Dr. Henry said the decline in construction resulted from a contraction in the ‘Other Construction’ component due to reduced civil engineering works capital expenditure, despite growth in building construction.
Among the entities recording lower capital expenditure were the National Works Agency (NWA), which disbursed $3.2 billion, down 54.2 per cent; Jamaica Public Service Company (JPS), which disbursed $4.2 billion, some 30.7 per cent less than the sum for the corresponding period in 2018; and the Port Authority of Jamaica (PAJ), which disbursed $2.2 billion, down 41.1 per cent.
Dr. Henry said growth in building construction was consequent on increased residential and non-residential component activities.
He indicated that residential construction activities were driven by: a 133.4 per cent increase in total housing starts by the National Housing Trust (NHT), a 19.4 per cent increase in the value of NHT mortgages, as well as work in progress on previously started developments in both components.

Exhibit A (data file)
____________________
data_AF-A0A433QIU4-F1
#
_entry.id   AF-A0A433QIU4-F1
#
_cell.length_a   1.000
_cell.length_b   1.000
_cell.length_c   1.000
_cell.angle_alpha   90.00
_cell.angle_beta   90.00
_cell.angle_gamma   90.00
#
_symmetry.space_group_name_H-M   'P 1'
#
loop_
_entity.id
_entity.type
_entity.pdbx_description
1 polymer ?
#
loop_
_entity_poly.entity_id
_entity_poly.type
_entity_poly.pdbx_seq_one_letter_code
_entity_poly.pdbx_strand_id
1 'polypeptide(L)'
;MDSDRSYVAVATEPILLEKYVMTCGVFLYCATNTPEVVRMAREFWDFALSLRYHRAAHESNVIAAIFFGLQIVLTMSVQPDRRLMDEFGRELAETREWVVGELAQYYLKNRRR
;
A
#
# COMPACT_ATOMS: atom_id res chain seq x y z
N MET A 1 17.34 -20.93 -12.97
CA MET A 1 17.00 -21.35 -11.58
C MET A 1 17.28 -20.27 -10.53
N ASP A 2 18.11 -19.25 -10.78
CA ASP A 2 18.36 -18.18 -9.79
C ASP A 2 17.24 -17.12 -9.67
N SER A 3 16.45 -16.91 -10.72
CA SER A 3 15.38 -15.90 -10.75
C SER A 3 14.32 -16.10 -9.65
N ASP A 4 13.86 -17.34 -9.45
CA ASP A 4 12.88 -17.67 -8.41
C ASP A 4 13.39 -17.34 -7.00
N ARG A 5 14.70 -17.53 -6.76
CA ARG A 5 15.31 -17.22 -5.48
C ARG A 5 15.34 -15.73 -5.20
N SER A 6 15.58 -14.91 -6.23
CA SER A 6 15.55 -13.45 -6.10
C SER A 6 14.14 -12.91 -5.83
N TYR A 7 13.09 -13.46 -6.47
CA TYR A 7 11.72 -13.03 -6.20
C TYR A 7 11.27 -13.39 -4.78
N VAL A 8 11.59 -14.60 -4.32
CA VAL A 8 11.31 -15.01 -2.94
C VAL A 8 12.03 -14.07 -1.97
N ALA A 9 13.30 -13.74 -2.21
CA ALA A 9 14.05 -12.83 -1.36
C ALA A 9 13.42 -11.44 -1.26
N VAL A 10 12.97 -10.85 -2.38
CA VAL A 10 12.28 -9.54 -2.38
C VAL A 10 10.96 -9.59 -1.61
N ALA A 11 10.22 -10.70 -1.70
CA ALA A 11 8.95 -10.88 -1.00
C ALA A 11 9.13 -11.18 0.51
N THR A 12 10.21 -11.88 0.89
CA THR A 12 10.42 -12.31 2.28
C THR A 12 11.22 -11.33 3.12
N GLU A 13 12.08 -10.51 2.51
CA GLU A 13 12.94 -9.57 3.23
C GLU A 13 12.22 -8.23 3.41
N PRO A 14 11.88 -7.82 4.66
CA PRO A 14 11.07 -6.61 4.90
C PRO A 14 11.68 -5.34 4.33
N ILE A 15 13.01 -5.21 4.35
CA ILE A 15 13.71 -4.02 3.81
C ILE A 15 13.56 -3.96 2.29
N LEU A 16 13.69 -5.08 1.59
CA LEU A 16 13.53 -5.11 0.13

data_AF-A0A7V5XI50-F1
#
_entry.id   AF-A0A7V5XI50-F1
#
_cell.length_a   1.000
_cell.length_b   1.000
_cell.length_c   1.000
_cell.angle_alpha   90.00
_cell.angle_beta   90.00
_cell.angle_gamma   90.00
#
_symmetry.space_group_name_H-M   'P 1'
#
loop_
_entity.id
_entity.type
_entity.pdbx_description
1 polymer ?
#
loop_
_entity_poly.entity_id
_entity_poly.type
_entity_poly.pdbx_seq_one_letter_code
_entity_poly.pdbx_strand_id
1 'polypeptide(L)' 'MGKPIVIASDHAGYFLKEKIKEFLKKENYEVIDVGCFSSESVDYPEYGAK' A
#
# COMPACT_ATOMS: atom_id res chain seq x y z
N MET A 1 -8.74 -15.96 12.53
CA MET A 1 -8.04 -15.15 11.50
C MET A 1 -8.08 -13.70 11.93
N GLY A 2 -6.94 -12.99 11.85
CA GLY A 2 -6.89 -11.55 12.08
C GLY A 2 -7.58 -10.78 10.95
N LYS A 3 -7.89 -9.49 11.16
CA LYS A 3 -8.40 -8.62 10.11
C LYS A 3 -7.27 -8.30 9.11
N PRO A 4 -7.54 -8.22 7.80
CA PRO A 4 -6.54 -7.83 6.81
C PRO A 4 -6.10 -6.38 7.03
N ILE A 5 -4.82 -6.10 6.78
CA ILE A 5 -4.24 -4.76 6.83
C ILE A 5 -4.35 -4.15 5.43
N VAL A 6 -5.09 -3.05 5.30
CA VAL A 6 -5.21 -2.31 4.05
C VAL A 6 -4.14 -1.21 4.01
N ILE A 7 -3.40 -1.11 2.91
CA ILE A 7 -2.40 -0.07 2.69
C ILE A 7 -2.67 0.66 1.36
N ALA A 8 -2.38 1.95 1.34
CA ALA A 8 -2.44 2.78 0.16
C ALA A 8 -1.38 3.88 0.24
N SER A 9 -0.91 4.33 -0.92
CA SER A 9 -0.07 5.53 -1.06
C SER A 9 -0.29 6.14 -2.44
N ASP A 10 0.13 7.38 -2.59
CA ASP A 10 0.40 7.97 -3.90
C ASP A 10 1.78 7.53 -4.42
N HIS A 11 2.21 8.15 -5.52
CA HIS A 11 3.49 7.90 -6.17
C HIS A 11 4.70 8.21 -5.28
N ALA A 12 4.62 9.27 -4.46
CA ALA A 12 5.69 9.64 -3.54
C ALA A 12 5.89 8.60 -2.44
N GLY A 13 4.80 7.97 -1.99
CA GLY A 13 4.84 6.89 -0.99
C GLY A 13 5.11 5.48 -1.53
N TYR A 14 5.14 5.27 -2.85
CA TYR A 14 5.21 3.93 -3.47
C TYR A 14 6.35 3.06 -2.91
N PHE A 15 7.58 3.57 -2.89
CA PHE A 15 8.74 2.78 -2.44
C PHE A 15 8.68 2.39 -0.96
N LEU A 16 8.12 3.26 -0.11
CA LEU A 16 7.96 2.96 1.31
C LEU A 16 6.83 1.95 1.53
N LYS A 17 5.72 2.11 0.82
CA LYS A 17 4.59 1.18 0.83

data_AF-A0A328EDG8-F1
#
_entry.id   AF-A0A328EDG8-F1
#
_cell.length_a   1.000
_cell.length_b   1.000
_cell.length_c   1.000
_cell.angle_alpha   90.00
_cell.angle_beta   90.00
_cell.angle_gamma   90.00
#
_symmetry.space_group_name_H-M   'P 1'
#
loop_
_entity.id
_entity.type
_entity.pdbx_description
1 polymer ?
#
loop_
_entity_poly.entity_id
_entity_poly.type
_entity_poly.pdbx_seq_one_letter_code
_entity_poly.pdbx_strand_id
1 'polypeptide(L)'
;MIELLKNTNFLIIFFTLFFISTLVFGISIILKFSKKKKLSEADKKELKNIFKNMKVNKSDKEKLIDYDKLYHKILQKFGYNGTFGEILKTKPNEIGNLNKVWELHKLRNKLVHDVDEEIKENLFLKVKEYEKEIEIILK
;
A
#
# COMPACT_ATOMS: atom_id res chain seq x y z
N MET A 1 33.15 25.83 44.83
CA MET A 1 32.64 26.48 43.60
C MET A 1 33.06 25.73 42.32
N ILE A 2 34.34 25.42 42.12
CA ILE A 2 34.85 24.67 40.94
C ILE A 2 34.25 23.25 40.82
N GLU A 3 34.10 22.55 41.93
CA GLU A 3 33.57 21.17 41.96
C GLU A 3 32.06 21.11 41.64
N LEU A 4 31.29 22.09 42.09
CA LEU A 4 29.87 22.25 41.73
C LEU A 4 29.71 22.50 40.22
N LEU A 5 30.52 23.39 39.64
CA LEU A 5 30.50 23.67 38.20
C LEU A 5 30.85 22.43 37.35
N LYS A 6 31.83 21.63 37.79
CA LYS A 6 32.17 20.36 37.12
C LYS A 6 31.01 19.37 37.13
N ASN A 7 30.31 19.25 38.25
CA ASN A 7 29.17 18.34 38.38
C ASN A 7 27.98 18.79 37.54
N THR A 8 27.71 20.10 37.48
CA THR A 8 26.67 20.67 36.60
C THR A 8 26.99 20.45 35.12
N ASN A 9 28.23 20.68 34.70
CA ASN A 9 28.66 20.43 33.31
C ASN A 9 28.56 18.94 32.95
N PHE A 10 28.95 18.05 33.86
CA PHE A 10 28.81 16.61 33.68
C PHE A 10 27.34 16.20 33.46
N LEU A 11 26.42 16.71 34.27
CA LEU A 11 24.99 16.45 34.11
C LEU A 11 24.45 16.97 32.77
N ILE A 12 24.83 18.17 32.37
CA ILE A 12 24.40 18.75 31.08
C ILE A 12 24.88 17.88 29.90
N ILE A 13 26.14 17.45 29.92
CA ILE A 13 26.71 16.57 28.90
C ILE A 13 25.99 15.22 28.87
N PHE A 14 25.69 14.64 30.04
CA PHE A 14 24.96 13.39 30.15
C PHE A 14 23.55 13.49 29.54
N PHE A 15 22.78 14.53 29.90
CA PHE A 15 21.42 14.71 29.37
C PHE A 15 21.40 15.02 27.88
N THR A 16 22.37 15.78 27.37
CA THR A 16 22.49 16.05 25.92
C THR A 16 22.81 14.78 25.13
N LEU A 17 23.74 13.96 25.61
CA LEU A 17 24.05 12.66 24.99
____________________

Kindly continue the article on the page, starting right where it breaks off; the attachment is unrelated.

“With respect to the non-residential category, the main drivers of growth included the construction and renovation of commercial buildings,” the Director General added.
Meanwhile, Dr. Henry said the estimated 0.9 per cent 2019 calendar year out-turn was spurred by 1.6 per cent growth in the services industry, despite a 0.9 per cent contraction in the goods producing industry.
The subsectors recording the strongest growth were hotels and restaurants, up 4.9 per cent; finance and insurance services, up 3.4 per cent; other services, up 1.9 per cent; and manufacturing, up 1.8 per cent.
Dr. Henry noted that Jamaica’s short-term economic prospects are positive, with growth for January to March 2020 and, by extension, the 2019/20 fiscal year, projected to range between zero per cent and one per cent.